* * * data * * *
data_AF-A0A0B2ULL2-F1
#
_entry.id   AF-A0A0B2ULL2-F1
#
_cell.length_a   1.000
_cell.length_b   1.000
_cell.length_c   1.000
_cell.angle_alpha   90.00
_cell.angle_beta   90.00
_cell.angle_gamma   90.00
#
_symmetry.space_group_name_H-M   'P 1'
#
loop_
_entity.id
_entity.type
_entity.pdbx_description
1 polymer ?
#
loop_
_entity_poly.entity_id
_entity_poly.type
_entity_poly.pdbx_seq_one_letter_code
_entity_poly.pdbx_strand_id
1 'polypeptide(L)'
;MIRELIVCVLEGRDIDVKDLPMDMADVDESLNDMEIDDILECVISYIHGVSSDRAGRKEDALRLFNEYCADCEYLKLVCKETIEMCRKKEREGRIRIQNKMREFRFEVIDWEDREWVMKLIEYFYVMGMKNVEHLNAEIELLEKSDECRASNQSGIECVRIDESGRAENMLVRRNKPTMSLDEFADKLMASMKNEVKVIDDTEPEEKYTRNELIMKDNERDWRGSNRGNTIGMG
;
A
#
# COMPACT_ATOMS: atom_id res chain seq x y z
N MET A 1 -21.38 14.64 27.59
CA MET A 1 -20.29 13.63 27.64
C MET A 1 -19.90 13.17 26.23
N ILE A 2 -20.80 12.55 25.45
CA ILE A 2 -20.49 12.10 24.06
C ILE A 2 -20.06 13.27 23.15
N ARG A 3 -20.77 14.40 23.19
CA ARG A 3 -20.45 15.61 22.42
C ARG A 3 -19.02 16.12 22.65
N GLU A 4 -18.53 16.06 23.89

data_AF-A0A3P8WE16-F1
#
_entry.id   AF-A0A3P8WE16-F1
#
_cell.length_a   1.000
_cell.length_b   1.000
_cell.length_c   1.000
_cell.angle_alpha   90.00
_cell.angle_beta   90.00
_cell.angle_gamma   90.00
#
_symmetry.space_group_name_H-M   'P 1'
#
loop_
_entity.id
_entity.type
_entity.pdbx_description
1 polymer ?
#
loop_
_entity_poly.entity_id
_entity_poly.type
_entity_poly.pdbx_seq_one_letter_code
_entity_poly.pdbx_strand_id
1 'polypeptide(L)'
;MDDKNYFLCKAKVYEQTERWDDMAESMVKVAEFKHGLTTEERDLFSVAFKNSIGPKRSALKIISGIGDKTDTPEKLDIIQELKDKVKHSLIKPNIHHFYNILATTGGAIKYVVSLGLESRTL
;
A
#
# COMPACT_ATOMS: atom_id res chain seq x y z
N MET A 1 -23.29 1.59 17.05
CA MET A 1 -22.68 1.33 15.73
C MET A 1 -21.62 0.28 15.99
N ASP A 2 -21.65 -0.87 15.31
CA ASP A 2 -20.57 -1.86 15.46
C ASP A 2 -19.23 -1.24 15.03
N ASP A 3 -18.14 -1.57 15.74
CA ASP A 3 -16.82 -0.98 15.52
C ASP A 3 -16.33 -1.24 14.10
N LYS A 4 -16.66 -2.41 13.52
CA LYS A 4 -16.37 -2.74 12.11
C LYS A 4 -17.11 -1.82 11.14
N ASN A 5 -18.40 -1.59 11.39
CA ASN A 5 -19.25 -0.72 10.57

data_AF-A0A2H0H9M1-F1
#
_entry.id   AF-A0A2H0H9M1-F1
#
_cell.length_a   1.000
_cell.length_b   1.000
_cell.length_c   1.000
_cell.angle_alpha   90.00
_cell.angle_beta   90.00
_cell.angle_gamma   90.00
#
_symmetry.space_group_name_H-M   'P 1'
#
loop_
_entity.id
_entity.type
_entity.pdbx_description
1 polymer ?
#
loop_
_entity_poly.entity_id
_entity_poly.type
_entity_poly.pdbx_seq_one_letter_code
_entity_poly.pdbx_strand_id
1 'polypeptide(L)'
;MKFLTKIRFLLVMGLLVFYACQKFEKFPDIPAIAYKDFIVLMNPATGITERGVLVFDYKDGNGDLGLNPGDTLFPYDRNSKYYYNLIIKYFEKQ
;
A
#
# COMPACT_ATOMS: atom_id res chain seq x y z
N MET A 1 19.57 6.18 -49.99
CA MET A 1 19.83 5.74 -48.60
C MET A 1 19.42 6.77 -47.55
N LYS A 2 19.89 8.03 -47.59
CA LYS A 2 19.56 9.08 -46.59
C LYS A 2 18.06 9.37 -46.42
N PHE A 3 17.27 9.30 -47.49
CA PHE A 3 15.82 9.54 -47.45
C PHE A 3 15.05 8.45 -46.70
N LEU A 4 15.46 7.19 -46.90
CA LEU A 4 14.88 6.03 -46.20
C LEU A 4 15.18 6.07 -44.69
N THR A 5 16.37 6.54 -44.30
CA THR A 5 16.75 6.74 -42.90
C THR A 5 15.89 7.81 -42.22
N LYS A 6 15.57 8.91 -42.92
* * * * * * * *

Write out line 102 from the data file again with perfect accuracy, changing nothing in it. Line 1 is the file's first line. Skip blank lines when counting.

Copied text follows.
1 polymer ?